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From Jim Murphy <jmur...@mindreef.com>
Subject Re: (soap encoding <-> XSD) mapping
Date Mon, 02 Aug 2004 23:03:39 GMT
Jonny Rylands wrote:

> Sorry for my newbie level of understanding (!) but am I right in saying that
> the XSD is the language to specify types (in WSDL) whereas SOAP encoding is
> the 'language' to specify values (in encoded SOAP messages)?

I definitely concur with the first part.  XSD is a typing language for 
XML.  We make the leap of mapping that XML typing to any given 
programming platform - like java, .NET, Perl or C++ - without blinking 
but probably shouldn't.  Thats a whole other kettle of stinky fish that 
should probably just be left to pickle.

SOAP encoding is a way to serialize SOAP messages on wire.  Its old and 
is falling our of fashion but thats where everything started.  SOAP 
encoding was design *before* XSD/WSX which is why it existed at all. 
That and the designers of SOAP were originally *WAY* more interested in 
marshaling an object graph in XML than they and everyone else is today. 
  Today its about trading XML documents wrapped in Envelopes that may 
contain Headers.  Its NOT about doing RMI over the Internet using XML.

What SOAP encoding is is a series of rules for laying down objects into 
XML with significant inspiration from the classic RPC stacks of yore. 
Things like sparse arrays, linked lists, circular lists and pointer 
aliasing were really important.  Imagine you have an array of 3 items 
that you want to send to a web service using SOAP encoding.  Is it 
important to maintain the fact that the array is actually of the same 3 
object instances?  SOAP encoding came up with a way to encode that. 
Today people don't care as much about "reproducing a stack frame" and 
are more interested with exchanging typed data - period.


> Hence for a toolkit to fully support XSD when using SOAP encoded services,
> you would need a full (Java/C++ etc) implementation XSD simple types and
> their facets, plus the complex types allowed in the SOAP encoding spec
> (arrays and sequences etc)? 

Services typically DON'T fully support XSD and arguably shouldn't.  In 
fact many don't support some really common parts.  The WS-I is forming a 
  Schema profiling working group to address this issue.  That should be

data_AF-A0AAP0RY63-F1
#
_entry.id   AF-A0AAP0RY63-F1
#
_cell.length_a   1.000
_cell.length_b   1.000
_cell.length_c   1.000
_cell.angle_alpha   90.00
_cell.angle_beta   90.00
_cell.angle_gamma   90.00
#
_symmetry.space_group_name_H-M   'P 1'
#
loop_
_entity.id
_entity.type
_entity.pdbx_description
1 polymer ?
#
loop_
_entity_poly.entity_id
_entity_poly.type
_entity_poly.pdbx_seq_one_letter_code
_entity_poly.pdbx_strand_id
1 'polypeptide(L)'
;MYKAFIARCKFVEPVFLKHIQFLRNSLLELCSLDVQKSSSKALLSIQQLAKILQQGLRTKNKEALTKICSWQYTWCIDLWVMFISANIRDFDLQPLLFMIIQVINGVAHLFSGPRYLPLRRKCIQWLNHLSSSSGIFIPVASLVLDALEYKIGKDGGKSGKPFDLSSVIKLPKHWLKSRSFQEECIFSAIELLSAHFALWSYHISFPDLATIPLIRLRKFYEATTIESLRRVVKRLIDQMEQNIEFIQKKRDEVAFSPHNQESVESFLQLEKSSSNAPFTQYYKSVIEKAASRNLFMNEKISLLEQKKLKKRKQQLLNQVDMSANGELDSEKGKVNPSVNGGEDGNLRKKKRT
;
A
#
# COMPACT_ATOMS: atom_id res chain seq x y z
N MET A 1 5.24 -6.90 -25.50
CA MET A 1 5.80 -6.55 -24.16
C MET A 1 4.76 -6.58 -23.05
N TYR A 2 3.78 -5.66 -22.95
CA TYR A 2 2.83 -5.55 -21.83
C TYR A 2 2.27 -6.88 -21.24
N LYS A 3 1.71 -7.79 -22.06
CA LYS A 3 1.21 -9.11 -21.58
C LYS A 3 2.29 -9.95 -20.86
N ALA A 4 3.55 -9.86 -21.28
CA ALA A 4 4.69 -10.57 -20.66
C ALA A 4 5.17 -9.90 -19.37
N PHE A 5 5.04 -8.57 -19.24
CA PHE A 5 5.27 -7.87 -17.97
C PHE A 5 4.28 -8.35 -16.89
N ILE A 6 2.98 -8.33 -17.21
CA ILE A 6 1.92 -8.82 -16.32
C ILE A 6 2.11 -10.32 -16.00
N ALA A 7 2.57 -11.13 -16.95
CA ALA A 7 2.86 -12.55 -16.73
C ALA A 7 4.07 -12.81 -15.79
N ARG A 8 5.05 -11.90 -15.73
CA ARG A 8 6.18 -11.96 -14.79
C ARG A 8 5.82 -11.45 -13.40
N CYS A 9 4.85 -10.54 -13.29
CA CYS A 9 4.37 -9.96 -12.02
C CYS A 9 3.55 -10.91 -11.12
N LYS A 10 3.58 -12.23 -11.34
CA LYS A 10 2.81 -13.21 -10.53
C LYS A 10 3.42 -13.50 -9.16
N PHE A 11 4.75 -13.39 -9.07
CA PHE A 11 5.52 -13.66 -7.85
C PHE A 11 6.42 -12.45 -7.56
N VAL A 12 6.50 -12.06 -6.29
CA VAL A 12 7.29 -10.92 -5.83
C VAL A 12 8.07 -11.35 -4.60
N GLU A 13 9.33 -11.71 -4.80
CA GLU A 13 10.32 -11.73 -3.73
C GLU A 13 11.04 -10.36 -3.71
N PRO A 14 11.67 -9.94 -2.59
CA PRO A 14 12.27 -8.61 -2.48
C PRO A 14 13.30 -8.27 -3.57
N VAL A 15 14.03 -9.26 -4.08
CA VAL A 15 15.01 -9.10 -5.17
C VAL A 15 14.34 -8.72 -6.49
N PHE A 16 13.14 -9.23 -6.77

fun to watch.

Arrays can be described using SOAP encoding using the techniques in 
section 5 and 7.  They can also be described in other ways in just plain 
XSD.

<complexType name="ArrayOfString">
   <sequence>
     <element name="item" type="xsd:string"
         minOccurs="0" maxOccurs="unbounded" />
   </sequence>
</compexType>

See no soap encoding required.  What you are saying with this XSD is 
that there is an Element named ArrayOfString (could be anything) that 
contains zero-unbounded number of elements named item that have 
xsd:string content.


Compare that to the Array specification for SOAP:

<complexType name="ArrayOf_xsd_string">
   <complexContent>
     <restriction base="soapenc:Array">
       <attribute ref="soapenc:arrayType"
          wsdl:arrayType="xsd:string[5]"/>
     </restriction>
   </complexContent>
</complexType>


First off your program would have to have knowledge of what 
soapenc:Array is.  Typically thats not defined anywhere in the schema so 
already there is incomplete type information.  Also notice the arrayType 
attribute specification.  Notice also the fact that there is another 
attribute on there from another namespace - the wsdl:arrayType.  Your 
program also has to undersatnd that this attribute exists - and you must 
parse the value to understand that the array is an array of 5 strings.


So basically thats the difference between SOAP encoding and literal. 
With literal everything is specified in the WSDL with XSD.  With SOAP 
encoding some things are specified in the WSDL and some is "known" but 
usually not well known - if you know what I mean.

Jim Murphy
Mindreef, Inc.







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